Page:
Now the downtown area features a lot of high rise apartments. People actually live there.
High rise, greening and smog
By Leslie Clague
Driving along the 405 Freeway from the airport to the San Fernando Valley, now in L.A. for my 50th high school class reunion, I could see downtown Los Angeles to my right. A lot more high rises of varying size and style marked the centre.
My friend Sheri was taking me to her home in Studio City, a suburb of the valley. I certainly wasn’t driving, now so used to driving on the left. When we got to her car I of course got confused as to which side to sit on!
Interestingly, there was a lot of green in the city view, much more than I remembered. In the close to 40 years since I left the city for New Zealand, trees had grown much larger. They slightly softened the urban sprawl. No sharp blue sky, of course, but a soft blue-grey one, with the decidedly beige haze that blends with the colour of the concrete freeways. Hello Los Angeles smog! Mind you, it wasn’t as prevalent as it can be. One wasn’t aware of it particularly until flying over Catalina Island. In past flights the smog could be seen, and smelt, half-way to Hawaii.
Sheri takes me on tour
Sheri now lives in the family home she grew up in, as her parents have passed away and her brother lives in another part of America. The bungalow was built in Art Deco style in 1938. Inside are amazing Art Deco features. Divorced, she is quite proud of her daughter who has made her a grandmother for the first time with grandson David turning one this month. They live in Las Vegas.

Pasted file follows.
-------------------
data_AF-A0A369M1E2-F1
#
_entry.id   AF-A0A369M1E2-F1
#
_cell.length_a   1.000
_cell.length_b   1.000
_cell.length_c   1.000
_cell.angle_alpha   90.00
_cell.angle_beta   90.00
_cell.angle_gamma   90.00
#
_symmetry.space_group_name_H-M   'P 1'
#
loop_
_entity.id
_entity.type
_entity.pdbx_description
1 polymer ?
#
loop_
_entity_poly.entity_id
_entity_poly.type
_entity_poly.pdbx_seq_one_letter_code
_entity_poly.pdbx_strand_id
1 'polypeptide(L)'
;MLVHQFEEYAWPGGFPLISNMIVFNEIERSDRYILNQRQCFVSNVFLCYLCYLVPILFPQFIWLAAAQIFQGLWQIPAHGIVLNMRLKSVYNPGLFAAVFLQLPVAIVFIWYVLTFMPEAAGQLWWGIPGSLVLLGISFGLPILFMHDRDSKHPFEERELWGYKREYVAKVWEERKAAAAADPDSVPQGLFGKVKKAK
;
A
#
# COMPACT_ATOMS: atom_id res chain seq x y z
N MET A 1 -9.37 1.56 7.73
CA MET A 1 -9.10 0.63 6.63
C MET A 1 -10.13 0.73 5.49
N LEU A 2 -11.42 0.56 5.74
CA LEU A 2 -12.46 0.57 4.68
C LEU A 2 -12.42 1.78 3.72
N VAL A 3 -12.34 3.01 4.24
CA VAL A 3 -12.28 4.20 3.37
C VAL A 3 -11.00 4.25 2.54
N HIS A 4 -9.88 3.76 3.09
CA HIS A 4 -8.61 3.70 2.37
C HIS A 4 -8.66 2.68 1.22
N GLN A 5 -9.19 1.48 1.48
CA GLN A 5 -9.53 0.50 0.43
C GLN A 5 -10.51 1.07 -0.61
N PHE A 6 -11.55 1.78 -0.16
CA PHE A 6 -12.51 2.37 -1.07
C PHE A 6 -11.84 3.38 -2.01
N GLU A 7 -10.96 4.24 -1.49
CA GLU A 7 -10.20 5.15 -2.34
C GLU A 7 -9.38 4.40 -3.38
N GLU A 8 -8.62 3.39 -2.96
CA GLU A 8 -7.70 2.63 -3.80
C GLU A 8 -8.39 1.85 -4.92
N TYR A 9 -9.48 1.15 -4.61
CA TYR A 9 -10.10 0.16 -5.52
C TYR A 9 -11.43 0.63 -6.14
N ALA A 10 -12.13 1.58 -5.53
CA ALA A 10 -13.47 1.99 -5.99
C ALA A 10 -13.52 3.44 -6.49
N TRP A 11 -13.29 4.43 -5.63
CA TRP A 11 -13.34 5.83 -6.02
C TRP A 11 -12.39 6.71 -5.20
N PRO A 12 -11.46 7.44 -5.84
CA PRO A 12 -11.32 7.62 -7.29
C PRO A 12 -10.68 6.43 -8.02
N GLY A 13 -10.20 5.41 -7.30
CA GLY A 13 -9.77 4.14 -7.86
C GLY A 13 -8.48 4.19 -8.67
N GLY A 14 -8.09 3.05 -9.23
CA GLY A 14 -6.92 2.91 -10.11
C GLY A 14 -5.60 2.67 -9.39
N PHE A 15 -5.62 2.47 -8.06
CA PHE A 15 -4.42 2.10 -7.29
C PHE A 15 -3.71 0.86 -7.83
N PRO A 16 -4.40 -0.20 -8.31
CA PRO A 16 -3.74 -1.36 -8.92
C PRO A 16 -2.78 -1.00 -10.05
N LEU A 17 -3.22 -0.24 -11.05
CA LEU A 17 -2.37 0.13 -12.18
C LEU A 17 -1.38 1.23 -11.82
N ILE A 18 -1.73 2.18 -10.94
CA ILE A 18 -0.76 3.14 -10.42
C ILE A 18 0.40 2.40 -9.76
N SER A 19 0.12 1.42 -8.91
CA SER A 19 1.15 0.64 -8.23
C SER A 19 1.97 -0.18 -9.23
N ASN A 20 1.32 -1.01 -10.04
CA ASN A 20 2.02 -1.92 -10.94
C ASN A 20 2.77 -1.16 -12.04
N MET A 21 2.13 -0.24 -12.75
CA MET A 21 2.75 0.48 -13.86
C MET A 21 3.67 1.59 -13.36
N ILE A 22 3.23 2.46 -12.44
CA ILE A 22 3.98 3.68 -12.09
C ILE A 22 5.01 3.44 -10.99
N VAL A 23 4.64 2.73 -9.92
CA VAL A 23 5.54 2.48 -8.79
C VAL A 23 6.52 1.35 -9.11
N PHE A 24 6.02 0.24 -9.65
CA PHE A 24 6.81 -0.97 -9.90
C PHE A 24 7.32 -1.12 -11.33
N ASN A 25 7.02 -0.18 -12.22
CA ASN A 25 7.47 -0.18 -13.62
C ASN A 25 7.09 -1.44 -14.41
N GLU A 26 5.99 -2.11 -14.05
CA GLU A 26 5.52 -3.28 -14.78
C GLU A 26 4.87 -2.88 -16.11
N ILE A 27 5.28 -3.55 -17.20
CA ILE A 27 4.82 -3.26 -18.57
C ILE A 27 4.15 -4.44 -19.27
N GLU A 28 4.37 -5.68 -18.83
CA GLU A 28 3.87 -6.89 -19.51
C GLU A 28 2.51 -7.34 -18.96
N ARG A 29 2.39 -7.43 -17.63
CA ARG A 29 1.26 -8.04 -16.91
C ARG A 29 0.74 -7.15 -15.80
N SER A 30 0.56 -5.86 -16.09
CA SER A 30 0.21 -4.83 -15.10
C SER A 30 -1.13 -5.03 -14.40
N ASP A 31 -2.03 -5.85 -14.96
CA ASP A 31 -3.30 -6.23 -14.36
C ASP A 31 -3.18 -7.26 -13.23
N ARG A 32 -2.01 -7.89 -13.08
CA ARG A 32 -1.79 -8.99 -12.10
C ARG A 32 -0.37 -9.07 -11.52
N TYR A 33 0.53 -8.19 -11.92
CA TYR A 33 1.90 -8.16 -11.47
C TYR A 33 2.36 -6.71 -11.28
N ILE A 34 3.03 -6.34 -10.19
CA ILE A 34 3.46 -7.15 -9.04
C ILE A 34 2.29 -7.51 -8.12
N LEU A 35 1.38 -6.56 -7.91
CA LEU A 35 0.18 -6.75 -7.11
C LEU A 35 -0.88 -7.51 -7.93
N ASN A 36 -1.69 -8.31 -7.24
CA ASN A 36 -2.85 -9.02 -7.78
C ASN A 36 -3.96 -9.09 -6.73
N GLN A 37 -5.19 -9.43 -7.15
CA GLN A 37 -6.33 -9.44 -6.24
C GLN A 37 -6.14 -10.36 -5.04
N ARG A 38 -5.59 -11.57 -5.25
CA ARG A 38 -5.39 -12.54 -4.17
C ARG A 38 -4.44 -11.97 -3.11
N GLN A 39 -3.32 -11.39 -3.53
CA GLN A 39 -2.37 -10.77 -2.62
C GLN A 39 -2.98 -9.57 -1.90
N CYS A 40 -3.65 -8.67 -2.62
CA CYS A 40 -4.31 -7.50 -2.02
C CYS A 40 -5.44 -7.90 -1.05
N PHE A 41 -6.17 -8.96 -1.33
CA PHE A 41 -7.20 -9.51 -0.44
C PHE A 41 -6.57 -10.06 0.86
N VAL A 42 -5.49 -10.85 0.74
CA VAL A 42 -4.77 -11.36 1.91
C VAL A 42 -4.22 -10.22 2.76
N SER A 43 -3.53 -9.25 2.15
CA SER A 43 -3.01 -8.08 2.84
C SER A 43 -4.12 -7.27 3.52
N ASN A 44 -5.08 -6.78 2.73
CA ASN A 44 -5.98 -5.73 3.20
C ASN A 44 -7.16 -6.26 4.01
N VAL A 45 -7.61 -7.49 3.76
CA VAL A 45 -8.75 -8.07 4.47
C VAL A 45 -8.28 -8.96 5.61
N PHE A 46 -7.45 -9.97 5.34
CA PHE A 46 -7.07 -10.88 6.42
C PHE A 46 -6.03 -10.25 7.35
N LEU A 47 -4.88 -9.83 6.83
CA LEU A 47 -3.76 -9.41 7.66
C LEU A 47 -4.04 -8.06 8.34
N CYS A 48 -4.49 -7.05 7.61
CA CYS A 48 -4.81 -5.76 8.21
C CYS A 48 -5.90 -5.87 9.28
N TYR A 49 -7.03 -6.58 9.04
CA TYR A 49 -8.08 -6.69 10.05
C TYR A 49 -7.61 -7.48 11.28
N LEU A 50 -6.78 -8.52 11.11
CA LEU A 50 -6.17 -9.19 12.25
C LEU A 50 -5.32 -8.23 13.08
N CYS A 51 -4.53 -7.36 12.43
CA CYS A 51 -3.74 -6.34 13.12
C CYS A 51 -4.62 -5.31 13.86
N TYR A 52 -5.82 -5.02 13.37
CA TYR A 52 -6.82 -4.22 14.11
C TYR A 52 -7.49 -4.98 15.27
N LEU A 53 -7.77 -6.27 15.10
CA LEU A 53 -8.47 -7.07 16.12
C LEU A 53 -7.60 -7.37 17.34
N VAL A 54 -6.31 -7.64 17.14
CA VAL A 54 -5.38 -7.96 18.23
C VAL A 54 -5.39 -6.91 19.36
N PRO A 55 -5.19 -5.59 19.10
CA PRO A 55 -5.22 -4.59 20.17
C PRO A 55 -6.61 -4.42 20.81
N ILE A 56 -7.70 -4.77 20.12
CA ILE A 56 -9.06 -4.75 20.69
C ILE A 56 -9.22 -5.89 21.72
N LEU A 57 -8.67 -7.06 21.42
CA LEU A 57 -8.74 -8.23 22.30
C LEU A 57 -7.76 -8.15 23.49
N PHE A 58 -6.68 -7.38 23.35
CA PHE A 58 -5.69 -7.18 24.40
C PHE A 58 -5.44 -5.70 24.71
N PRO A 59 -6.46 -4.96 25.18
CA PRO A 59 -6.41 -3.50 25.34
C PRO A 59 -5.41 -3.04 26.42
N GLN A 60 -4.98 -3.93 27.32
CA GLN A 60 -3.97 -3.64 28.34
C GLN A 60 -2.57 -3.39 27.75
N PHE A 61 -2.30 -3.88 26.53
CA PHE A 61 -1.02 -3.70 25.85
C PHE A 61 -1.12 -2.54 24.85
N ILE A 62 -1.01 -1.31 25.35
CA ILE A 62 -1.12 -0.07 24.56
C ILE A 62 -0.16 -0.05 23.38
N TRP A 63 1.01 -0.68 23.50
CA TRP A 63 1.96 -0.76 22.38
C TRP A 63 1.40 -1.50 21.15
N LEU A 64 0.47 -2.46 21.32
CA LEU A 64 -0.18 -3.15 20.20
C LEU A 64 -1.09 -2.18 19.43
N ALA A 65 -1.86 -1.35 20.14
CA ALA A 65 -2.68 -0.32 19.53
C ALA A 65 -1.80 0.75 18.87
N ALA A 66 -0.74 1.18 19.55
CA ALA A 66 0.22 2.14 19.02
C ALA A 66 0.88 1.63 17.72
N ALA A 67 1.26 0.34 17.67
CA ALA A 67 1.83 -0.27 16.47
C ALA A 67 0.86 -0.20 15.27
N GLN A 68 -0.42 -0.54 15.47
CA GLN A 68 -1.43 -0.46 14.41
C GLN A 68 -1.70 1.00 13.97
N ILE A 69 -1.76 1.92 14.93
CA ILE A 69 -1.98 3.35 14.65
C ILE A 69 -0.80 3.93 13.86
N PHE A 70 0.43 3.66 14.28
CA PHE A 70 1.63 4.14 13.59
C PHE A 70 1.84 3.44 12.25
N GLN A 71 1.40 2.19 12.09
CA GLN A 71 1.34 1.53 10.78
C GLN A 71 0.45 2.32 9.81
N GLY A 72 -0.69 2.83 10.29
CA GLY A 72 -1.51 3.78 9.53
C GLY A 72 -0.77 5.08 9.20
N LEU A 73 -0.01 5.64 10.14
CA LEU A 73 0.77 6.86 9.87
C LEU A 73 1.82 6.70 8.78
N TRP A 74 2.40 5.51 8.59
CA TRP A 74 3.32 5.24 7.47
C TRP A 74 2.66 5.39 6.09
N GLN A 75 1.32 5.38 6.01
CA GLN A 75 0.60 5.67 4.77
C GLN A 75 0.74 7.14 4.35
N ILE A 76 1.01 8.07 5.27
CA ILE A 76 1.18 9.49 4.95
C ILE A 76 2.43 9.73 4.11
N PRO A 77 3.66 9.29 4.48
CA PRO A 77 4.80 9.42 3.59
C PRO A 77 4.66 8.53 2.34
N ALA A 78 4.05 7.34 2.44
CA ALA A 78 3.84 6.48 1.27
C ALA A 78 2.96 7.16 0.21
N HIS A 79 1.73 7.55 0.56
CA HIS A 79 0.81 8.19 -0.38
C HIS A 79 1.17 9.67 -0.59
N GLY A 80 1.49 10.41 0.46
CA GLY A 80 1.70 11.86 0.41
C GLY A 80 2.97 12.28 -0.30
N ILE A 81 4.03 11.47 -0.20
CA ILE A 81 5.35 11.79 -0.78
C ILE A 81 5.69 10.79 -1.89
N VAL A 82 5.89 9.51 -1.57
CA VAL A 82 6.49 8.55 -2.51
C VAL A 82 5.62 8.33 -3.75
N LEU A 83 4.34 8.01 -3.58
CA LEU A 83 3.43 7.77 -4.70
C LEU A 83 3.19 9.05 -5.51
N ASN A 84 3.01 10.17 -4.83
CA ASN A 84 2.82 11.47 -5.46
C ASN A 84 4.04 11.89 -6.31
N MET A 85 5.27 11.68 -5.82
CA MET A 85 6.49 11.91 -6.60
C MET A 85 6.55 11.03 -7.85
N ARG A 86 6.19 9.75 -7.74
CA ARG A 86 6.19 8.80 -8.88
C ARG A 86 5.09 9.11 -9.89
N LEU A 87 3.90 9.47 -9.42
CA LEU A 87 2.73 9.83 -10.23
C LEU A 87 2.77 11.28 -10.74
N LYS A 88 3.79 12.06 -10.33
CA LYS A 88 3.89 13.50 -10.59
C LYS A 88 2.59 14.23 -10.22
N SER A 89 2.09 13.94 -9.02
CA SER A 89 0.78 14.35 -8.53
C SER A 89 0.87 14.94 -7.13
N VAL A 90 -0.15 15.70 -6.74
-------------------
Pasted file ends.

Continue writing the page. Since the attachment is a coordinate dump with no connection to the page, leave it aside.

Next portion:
Sheri has had a career in graphic design and photography and now works at Universal Studios, an administrator in the film distribution division. She had planned a wonderful tour for me the next day to cover old haunts and new developments.
We headed into downtown Los Angeles, traveling along the Hollywood Freeway. I have to say downtown has grown up into a proper city. Previously everyone just drove into there to work and then left for somewhere suburban. Now the downtown area features a lot of high rise apartments. People actually live there. Since 2000 the downtown population has just about doubled to over 50,000. Some 500,000 work there.
One feature is an art community, with apartments called lofts. They have large high ceiling room space to create in. I met an alumnus at the reunion who lives and works in one of these downtown lofts.
The diversity of the downtown
Ethnic communities like Chinatown, Koreatown, Little Tokyo, plus a greater number of tiny specialty shops give the area a more cosmopolitan feel. The Mexican population has grown tremendously over the wider city, as has the number of people from El Salvador. Latinos are just under 50% of the total Los Angeles population, now at just under 11 million.
We visited Los Angeles Central Public Library, (photos alongside), where I worked when getting my library masters. The building has been renovated but also keeps its Art Deco style. Los Angeles seems to be better at preserving the look and feel of different eras. It is not so much focused on ripping things down and making everything modern.
There is the relatively new Staples Centre downtown, next door to the L.A. Convention Centre. It is home to the LA Lakers and other sporting teams, plus offers excellent concert facilities for the likes of Elton John, Lady Gaga.
L.A. does remain the freeway capitol of the world. They even have an expressway built over the top of a freeway. Public transport has improved, but more on that later….
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